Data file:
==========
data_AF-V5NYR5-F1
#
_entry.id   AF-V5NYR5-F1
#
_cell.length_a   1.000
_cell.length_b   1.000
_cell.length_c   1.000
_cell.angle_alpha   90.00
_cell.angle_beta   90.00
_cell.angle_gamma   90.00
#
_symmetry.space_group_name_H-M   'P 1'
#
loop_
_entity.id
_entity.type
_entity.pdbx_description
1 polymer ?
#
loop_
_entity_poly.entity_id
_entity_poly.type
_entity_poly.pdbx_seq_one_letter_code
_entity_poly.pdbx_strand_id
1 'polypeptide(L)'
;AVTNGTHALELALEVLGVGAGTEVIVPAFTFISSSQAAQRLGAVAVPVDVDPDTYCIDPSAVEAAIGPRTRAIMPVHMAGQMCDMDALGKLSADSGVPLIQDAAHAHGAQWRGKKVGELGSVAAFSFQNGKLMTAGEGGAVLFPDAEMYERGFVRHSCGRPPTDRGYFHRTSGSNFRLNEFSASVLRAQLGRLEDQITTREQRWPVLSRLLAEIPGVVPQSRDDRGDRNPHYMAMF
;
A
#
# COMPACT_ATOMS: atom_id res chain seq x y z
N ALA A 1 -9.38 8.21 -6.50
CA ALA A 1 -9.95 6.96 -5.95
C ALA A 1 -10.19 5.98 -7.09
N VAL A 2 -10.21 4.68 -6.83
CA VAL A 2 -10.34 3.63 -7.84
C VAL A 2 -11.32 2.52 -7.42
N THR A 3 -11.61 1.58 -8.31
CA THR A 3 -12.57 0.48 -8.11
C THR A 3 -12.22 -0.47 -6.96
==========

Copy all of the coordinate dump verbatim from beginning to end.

data_AF-V5NYR5-F1
#
_entry.id   AF-V5NYR5-F1
#
_cell.length_a   1.000
_cell.length_b   1.000
_cell.length_c   1.000
_cell.angle_alpha   90.00
_cell.angle_beta   90.00
_cell.angle_gamma   90.00
#
_symmetry.space_group_name_H-M   'P 1'
#
loop_
_entity.id
_entity.type
_entity.pdbx_description
1 polymer ?
#
loop_
_entity_poly.entity_id
_entity_poly.type
_entity_poly.pdbx_seq_one_letter_code
_entity_poly.pdbx_strand_id
1 'polypeptide(L)'
;AVTNGTHALELALEVLGVGAGTEVIVPAFTFISSSQAAQRLGAVAVPVDVDPDTYCIDPSAVEAAIGPRTRAIMPVHMAGQMCDMDALGKLSADSGVPLIQDAAHAHGAQWRGKKVGELGSVAAFSFQNGKLMTAGEGGAVLFPDAEMYERGFVRHSCGRPPTDRGYFHRTSGSNFRLNEFSASVLRAQLGRLEDQITTREQRWPVLSRLLAEIPGVVPQSRDDRGDRNPHYMAMF
;
A
#
# COMPACT_ATOMS: atom_id res chain seq x y z
N ALA A 1 -9.38 8.21 -6.50
CA ALA A 1 -9.95 6.96 -5.95
C ALA A 1 -10.19 5.98 -7.09
N VAL A 2 -10.21 4.68 -6.83
CA VAL A 2 -10.34 3.63 -7.84
C VAL A 2 -11.32 2.52 -7.42
N THR A 3 -11.61 1.58 -8.31
CA THR A 3 -12.57 0.48 -8.11
C THR A 3 -12.22 -0.47 -6.96